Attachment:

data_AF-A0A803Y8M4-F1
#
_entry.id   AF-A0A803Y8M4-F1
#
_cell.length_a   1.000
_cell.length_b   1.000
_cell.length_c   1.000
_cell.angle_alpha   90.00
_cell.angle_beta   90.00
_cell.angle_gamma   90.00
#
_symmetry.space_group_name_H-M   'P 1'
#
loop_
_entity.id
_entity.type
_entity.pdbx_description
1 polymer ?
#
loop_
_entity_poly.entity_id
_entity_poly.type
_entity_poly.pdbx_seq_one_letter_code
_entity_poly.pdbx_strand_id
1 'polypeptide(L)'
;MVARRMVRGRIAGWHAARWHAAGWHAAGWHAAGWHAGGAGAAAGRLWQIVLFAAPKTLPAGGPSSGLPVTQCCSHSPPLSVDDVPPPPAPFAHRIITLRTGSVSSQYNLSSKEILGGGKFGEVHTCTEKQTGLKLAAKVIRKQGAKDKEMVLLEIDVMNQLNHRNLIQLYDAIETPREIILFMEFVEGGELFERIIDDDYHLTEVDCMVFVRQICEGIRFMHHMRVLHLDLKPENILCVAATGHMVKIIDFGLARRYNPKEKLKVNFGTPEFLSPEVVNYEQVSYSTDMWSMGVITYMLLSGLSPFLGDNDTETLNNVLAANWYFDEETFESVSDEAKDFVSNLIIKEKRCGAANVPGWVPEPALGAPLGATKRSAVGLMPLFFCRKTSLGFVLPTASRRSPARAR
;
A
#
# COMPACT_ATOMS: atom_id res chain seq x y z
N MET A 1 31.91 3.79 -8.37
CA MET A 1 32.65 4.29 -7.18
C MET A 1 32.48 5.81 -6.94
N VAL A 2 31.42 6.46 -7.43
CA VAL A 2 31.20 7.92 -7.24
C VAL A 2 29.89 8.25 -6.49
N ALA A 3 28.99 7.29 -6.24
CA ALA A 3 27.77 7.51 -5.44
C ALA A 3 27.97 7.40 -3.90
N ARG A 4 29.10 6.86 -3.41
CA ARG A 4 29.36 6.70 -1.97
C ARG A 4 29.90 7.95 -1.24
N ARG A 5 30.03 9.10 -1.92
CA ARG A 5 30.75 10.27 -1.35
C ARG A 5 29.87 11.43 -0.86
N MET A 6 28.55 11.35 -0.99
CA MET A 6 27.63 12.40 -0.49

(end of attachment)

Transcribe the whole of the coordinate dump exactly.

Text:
data_AF-A0A803Y8M4-F1
#
_entry.id   AF-A0A803Y8M4-F1
#
_cell.length_a   1.000
_cell.length_b   1.000
_cell.length_c   1.000
_cell.angle_alpha   90.00
_cell.angle_beta   90.00
_cell.angle_gamma   90.00
#
_symmetry.space_group_name_H-M   'P 1'
#
loop_
_entity.id
_entity.type
_entity.pdbx_description
1 polymer ?
#
loop_
_entity_poly.entity_id
_entity_poly.type
_entity_poly.pdbx_seq_one_letter_code
_entity_poly.pdbx_strand_id
1 'polypeptide(L)'
;MVARRMVRGRIAGWHAARWHAAGWHAAGWHAAGWHAGGAGAAAGRLWQIVLFAAPKTLPAGGPSSGLPVTQCCSHSPPLSVDDVPPPPAPFAHRIITLRTGSVSSQYNLSSKEILGGGKFGEVHTCTEKQTGLKLAAKVIRKQGAKDKEMVLLEIDVMNQLNHRNLIQLYDAIETPREIILFMEFVEGGELFERIIDDDYHLTEVDCMVFVRQICEGIRFMHHMRVLHLDLKPENILCVAATGHMVKIIDFGLARRYNPKEKLKVNFGTPEFLSPEVVNYEQVSYSTDMWSMGVITYMLLSGLSPFLGDNDTETLNNVLAANWYFDEETFESVSDEAKDFVSNLIIKEKRCGAANVPGWVPEPALGAPLGATKRSAVGLMPLFFCRKTSLGFVLPTASRRSPARAR
;
A
#
# COMPACT_ATOMS: atom_id res chain seq x y z
N MET A 1 31.91 3.79 -8.37
CA MET A 1 32.65 4.29 -7.18
C MET A 1 32.48 5.81 -6.94
N VAL A 2 31.42 6.46 -7.43
CA VAL A 2 31.20 7.92 -7.24
C VAL A 2 29.89 8.25 -6.49
N ALA A 3 28.99 7.29 -6.24
CA ALA A 3 27.77 7.51 -5.44
C ALA A 3 27.97 7.40 -3.90
N ARG A 4 29.10 6.86 -3.41
CA ARG A 4 29.36 6.70 -1.97
C ARG A 4 29.90 7.95 -1.24
N ARG A 5 30.03 9.10 -1.92
CA ARG A 5 30.75 10.27 -1.35
C ARG A 5 29.87 11.43 -0.86
N MET A 6 28.55 11.35 -0.99
CA MET A 6 27.63 12.40 -0.49